Manhort's Copy

by Maxym Dupeshko

Translated from the Ukrainian by Dmytro Kyyan

Katrina lived at the foot of Berda. Berda is a mountain north of Chernivtsi, blanketed in woods as if by some sort of comforter. Having climbed out from under the comforter, not Berda’s now but her own, Katrina got dressed. Today she was going to the woods to pick mushrooms. It wasn’t that Katrina was such a diehard mushroom picker, but something needed to be canned for winter. Katrina didn’t can a lot of mushrooms, but she had made arrangements with her friend Nastia and her brother Stepan that they’d go together. But Stepan, who had drunk way too much the day before, was asking for a lot of water in the morning, and that meant that he wouldn’t be going to pick mushrooms. Nastia wasn’t a bad friend, but she got scared of going mushroom picking without her brother. And Katrina was no Little Red Riding Hood, but into the woods she went, even though it was dark and frightening.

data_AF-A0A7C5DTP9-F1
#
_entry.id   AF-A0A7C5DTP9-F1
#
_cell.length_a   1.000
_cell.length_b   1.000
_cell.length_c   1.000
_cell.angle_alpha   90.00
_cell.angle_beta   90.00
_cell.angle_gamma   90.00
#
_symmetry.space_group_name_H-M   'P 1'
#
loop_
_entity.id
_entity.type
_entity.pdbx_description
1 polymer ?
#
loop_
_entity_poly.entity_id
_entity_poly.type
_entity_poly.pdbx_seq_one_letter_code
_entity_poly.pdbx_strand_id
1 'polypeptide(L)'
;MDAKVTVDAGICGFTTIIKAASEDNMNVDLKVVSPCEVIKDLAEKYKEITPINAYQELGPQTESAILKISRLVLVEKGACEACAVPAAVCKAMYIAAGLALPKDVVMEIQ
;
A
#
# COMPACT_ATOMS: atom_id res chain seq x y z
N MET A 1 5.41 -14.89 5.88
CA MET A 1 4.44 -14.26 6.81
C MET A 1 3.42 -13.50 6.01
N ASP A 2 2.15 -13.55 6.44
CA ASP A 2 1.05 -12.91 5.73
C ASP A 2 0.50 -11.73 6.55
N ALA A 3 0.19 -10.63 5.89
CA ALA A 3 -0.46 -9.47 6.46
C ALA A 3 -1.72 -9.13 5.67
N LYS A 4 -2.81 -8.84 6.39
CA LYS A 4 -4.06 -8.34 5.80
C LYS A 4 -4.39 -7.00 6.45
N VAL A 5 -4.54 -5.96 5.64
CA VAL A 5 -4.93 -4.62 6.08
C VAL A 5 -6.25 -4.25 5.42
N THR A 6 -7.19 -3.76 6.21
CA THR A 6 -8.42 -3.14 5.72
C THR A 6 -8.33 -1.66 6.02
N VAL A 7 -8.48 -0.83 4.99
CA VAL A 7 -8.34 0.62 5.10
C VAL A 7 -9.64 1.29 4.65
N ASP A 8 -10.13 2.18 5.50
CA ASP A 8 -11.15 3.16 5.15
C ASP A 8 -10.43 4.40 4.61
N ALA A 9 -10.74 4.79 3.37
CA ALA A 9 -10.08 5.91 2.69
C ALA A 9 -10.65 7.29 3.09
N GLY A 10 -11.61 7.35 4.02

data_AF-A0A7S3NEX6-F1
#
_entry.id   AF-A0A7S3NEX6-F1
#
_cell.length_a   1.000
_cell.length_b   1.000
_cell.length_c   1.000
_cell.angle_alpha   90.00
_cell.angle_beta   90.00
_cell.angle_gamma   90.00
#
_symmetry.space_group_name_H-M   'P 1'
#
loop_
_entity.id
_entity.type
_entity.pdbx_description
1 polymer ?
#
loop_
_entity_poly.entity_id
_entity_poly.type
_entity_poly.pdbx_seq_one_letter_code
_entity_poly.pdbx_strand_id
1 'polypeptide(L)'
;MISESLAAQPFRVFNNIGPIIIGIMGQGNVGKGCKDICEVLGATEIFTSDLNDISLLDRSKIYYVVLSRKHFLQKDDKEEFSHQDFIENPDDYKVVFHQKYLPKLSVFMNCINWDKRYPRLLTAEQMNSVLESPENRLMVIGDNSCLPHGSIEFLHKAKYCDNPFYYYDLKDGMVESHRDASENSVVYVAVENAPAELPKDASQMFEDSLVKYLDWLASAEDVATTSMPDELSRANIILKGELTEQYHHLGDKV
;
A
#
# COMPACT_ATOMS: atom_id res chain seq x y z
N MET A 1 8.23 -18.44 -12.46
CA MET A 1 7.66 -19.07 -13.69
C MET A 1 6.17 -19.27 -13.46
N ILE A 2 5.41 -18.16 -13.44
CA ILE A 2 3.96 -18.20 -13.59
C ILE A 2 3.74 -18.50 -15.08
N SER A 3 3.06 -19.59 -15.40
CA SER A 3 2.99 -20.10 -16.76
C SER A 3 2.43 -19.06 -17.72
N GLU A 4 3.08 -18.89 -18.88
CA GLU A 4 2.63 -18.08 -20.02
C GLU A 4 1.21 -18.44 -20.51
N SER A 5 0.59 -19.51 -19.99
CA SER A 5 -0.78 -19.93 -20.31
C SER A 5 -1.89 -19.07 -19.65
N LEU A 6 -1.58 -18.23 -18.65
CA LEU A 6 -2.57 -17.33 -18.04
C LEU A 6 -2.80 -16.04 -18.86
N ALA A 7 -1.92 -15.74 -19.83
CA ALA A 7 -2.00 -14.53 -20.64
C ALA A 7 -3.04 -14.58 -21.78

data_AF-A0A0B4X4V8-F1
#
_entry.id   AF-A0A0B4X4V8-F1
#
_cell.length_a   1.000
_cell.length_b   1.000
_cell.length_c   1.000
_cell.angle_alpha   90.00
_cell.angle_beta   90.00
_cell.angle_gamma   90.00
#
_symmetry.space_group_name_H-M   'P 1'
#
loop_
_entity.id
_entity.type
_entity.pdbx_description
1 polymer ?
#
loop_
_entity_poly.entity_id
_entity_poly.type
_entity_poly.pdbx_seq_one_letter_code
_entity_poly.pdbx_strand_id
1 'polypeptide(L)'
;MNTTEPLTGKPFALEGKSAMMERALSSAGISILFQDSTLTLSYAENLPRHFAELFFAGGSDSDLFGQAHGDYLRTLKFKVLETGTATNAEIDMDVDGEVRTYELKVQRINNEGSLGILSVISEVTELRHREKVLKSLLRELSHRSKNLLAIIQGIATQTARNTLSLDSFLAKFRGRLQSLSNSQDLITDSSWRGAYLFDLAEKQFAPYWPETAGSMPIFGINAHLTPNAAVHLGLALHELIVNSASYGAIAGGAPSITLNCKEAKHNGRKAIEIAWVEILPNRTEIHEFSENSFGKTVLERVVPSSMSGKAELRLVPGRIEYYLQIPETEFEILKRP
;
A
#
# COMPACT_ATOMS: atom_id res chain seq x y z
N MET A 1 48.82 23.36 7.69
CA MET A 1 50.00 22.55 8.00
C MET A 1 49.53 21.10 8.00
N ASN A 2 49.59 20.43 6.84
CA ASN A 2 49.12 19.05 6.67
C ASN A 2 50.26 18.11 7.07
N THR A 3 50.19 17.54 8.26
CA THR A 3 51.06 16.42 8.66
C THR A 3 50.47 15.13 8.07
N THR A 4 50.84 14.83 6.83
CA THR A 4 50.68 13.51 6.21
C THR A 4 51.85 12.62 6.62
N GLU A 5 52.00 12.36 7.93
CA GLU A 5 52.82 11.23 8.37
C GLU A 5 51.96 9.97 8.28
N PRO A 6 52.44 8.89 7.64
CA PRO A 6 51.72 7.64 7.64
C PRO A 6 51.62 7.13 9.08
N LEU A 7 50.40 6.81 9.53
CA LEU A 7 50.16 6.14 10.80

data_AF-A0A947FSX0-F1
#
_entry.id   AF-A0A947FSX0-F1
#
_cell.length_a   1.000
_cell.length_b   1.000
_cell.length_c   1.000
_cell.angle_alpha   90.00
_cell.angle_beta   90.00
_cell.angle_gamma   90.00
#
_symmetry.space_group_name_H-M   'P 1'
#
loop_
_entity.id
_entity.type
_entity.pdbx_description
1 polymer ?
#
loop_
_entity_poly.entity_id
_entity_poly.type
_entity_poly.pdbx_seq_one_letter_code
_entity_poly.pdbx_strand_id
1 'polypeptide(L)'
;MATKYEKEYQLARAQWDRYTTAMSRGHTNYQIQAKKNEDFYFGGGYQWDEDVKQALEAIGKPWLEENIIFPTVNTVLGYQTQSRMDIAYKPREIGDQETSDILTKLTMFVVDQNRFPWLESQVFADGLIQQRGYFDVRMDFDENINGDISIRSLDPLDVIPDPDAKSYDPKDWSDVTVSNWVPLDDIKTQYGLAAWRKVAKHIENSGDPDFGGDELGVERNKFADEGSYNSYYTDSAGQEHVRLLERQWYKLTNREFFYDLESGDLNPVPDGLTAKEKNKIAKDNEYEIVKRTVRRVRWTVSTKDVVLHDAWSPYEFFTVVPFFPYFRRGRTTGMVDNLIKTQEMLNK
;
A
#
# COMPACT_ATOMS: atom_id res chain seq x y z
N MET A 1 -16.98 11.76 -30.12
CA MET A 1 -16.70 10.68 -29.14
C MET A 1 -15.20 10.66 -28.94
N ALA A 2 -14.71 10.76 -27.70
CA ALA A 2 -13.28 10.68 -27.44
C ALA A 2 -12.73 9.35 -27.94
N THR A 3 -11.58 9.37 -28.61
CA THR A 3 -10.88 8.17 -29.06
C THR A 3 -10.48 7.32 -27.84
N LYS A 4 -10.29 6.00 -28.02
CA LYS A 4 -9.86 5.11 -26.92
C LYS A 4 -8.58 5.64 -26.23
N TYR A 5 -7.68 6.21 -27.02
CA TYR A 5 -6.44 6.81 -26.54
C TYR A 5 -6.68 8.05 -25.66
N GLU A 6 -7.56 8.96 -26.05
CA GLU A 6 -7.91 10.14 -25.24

The girl had been walking for almost an hour already amidst the beech and spruce trees when, lo and behold, she stepped out into a small clearing, where she saw a little stump on which someone was sitting. Drawing closer, she was astonished to see something very strange in front of her. On the stump sat a creature that seemingly resembled a human, yet somehow didn’t. First of all, this creature was half a meter tall. Its lips were red, as though painted with lipstick, and big, as though pumped up with Botox. Its nose was, in effect, nonexistent, and a curly black-colored mane, like that of a horse or a punk rocker, grew right from its mouth and ended all the way at the bottom of its spine. It had four eyes, two on its face and two on the back of its head, but all of them were closed: the creature was sleeping. Its skin was orange, with greenish streaks. It had two arms and legs each, and out of all the parts of its body, they looked the most human. On its right hand was something that resembled a watch. Last but not least, and Katrina had noticed this first, this creature had sexual characteristics which indicated that it was a man. It was hung with a most ordinary, only orange-colored, penis and balls that were covered in a thick pall of hair. Katrina noticed too that the creature had no bellybutton, though it did have two green-colored nipples.